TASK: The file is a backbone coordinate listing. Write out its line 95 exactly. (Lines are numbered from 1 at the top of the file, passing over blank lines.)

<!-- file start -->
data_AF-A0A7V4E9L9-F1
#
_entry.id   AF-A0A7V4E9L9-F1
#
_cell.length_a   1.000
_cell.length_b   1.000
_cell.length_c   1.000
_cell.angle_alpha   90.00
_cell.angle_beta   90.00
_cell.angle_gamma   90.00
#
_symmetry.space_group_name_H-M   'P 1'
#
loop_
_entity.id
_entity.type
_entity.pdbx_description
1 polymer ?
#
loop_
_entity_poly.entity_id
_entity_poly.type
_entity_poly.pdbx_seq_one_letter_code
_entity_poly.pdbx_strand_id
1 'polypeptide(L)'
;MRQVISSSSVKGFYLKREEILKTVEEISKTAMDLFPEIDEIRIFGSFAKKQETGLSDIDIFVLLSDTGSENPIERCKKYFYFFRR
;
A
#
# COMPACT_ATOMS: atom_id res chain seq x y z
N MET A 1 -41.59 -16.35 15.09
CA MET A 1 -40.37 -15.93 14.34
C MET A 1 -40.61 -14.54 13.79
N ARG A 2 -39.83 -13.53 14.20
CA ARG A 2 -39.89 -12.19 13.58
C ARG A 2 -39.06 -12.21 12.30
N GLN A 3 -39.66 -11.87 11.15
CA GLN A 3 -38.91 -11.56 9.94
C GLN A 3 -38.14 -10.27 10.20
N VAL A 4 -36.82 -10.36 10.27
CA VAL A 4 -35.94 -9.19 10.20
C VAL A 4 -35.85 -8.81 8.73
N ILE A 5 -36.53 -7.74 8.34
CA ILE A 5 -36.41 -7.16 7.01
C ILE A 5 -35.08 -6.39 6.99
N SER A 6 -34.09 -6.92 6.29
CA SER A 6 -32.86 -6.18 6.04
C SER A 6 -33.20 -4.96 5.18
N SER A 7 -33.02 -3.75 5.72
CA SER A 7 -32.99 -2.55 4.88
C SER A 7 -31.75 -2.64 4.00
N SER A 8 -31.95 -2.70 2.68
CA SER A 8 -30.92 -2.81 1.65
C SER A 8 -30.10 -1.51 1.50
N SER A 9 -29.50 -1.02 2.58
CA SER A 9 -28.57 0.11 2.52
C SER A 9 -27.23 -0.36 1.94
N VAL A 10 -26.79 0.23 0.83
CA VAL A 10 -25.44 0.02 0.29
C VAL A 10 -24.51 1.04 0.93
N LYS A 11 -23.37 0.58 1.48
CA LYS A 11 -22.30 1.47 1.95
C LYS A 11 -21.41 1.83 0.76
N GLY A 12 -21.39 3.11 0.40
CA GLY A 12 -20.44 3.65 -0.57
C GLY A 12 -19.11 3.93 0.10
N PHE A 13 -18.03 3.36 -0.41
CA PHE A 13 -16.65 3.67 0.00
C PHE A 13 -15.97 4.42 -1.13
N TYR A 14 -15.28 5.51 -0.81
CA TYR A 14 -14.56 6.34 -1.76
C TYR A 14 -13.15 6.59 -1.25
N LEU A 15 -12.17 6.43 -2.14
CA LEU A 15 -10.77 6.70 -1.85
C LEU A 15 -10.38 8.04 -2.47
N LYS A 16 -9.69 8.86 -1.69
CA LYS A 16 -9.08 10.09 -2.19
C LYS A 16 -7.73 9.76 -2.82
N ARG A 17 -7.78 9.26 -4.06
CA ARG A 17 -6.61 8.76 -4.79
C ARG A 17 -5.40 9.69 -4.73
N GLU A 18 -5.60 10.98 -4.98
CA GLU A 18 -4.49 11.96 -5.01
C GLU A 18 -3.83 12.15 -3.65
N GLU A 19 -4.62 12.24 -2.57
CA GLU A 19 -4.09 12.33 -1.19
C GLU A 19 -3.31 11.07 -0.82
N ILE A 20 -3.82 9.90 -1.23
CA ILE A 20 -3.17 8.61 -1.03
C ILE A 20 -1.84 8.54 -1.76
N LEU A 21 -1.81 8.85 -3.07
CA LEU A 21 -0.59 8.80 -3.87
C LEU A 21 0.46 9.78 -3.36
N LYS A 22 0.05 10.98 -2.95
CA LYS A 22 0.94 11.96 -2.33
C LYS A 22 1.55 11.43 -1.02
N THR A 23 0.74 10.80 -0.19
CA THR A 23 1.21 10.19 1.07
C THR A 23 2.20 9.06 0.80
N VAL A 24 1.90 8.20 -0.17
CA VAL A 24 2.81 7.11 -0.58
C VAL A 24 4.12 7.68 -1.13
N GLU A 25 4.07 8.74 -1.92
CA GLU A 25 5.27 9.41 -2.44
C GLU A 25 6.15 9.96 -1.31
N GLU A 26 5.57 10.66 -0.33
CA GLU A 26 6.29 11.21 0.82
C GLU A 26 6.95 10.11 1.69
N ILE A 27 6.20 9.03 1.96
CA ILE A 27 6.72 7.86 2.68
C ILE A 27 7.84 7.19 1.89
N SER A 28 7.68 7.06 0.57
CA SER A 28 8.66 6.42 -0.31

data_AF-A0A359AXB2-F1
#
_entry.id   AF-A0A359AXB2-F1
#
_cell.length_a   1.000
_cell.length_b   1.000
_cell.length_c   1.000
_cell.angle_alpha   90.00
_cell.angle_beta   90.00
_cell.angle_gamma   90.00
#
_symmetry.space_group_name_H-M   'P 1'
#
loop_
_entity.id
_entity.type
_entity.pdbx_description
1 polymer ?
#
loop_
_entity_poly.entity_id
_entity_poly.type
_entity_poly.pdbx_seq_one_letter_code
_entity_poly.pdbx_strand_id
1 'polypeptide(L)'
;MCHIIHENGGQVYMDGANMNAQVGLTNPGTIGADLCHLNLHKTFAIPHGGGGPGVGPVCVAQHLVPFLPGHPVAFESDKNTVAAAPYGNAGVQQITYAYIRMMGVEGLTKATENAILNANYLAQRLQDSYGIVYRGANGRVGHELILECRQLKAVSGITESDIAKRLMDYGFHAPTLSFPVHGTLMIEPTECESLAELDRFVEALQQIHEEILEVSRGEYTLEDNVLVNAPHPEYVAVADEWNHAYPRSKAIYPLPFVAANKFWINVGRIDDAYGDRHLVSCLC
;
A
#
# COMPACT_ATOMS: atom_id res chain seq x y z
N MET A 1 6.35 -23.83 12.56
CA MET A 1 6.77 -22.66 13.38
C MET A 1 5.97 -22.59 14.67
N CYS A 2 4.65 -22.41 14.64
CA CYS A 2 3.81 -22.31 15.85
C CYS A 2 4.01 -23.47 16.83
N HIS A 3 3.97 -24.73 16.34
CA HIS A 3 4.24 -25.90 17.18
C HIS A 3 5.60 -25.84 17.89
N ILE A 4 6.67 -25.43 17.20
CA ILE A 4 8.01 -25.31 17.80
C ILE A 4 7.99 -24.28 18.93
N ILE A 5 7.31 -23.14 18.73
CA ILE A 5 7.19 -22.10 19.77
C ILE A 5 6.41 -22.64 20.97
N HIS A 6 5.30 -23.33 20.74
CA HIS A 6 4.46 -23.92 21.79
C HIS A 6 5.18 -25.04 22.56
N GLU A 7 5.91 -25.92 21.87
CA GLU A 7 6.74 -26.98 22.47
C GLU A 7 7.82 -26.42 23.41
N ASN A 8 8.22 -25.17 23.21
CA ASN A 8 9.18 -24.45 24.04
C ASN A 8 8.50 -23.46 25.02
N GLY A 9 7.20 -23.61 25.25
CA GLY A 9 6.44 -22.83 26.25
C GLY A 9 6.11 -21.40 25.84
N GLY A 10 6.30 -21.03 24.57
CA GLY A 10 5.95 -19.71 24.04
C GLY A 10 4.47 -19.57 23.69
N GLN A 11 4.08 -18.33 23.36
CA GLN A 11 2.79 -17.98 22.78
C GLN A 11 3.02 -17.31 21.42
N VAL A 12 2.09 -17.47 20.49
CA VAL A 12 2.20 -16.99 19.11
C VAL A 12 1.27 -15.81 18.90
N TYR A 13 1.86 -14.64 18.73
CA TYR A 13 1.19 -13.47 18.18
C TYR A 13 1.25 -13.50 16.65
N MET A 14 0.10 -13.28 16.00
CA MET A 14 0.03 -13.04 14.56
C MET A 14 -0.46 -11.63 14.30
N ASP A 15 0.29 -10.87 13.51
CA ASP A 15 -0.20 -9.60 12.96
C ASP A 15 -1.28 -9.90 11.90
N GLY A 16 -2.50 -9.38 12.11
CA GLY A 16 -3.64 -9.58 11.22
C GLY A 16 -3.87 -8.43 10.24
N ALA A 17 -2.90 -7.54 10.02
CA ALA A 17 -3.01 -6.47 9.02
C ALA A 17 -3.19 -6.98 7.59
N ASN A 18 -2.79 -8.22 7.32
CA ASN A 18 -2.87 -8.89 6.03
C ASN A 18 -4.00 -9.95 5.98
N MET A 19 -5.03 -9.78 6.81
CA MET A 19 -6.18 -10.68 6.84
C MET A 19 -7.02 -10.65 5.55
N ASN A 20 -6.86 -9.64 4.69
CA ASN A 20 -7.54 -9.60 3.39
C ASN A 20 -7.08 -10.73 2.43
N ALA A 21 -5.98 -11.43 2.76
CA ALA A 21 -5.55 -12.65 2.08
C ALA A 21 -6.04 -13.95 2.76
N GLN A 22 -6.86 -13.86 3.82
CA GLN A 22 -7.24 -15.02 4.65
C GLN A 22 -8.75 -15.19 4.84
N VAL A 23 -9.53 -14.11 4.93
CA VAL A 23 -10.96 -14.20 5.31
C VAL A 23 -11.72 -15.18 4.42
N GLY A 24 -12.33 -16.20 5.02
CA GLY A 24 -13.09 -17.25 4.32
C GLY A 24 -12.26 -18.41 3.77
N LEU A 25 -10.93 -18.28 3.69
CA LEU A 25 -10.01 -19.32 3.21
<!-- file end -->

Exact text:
CA LYS A 22 0.94 11.96 -2.33